CONGRESSIONAL investigators report ``costly, overlapping, and often contradictory'' taxpayer subsidies to ranchers, miners, loggers, farmers, hydropower users, and recreation businesses across the West.

So complicated is the pattern of overlapping price supports, tax breaks, low-cost loans, and exemptions from environmental laws that no one knows for sure how much they amount to, reports the House natural resources subcommittee on oversight and investigations.

But the sum of subsidies developed over more than a century is at least in the billions of dollars, according to a report issued today, and ``urgent overhaul is needed before these same policies persist into the next century as well, resulting not only in degradation of resources, but also in multibillion dollar losses for the taxpayer.''

The findings echo complaints brought in recent years by the General Accounting Office, the Interior Department inspector general, the White House Office of Management and Budget, Vice President Al Gore's ``National Performance Review,'' the National Taxpayers Union, environmental groups, and other critics.

MANY of these subsidies had worthwhile purposes and helped settle the West,'' says Rep. George Miller (D) of California.

He chairs the House Natural Resources Committee. ``But while the West has long since been settled, the subsidies remain, even when their goals have long been accomplished.''

Some examples:

* The 1872 Mining Law permits companies to obtain title to federal land for a few dollars an acre then reap large profits without paying royalties. In May, a court forced Interior Secretary Bruce Babbitt to sell 1,949 acres in Nevada to a Canadian-owned company for $9,765. While the owners also had to pay another private party $62 million for the mining claims and other costs, it expects to find $10 billion in royalty-free gold.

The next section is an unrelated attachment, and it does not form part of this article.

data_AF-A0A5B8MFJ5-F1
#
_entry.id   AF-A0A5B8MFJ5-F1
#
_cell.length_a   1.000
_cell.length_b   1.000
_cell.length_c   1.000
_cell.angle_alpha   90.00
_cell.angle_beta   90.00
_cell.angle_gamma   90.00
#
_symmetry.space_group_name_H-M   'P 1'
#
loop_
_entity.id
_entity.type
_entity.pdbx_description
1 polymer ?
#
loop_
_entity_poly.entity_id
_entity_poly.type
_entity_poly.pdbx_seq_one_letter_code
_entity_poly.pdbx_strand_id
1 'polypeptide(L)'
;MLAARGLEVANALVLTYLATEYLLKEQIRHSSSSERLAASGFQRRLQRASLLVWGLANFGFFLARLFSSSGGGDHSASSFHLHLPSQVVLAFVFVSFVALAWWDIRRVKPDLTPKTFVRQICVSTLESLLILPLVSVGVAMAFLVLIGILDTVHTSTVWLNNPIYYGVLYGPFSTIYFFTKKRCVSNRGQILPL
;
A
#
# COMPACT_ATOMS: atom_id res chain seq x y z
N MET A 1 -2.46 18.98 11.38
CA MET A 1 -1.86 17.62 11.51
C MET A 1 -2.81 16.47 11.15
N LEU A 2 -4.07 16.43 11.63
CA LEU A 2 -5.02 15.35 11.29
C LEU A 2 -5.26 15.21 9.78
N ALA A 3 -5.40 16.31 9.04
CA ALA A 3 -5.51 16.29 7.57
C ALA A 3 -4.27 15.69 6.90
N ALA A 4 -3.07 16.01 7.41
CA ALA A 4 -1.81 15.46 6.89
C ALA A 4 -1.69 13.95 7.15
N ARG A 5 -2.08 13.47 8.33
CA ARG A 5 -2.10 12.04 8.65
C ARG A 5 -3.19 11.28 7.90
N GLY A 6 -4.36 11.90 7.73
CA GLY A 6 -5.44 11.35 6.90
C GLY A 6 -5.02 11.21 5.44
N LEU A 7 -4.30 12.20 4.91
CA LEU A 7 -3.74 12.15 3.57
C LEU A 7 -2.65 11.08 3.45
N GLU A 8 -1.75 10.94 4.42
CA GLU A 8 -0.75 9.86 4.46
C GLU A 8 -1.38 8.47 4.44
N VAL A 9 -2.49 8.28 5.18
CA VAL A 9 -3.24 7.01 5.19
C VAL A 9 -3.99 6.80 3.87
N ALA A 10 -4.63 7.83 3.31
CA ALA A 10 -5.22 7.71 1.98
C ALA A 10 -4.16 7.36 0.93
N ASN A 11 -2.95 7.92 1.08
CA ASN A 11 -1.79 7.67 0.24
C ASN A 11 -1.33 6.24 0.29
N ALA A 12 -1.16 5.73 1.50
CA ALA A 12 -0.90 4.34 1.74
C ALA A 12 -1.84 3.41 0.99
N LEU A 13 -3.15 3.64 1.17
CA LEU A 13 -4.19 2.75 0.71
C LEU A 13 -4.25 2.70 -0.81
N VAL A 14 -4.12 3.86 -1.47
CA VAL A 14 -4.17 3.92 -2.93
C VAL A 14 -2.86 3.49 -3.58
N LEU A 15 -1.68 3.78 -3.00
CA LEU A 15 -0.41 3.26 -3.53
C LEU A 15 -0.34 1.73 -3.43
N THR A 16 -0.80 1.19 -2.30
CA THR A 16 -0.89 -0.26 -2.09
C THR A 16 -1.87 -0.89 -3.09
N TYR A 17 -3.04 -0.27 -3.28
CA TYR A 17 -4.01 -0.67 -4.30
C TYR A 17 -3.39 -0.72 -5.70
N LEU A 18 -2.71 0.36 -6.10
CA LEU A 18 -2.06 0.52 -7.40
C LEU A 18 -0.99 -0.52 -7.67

* According to the Energy Department, subsidies for hydropower generated by federally built dams in the Columbia River Basin amounted to more than $1.2 billion in 1990.

* More than half of all national forests (65 out of 122) lost money on timber sales in 1990. The number of money-losing forests with below-cost timber sales in 1992 rose to 82. The Tongass National Forest in Alaska alone averaged annual loses of $50.5 million through the 1980s.

* Between 1985 and 1992 Uncle Sam lost $1.18 billion from setting grazing fees on federal land below market value.

* AO figures on private businesses operating at national parks show the federal government receives just 2 percent of lucrative concession revenues totaling more than $1 billion a year.

Congressman Miller says that some subsidies on Western federal lands can contribute to community stability, help provide jobs, and promote better use of resources. ``But we in Congress continually hear that government ought to be run like a business,'' he says. ``That's what we ought to be doing with our programs of natural resource subsidies - examining them with a critical eye and eliminating the ones that no longer make sense.''

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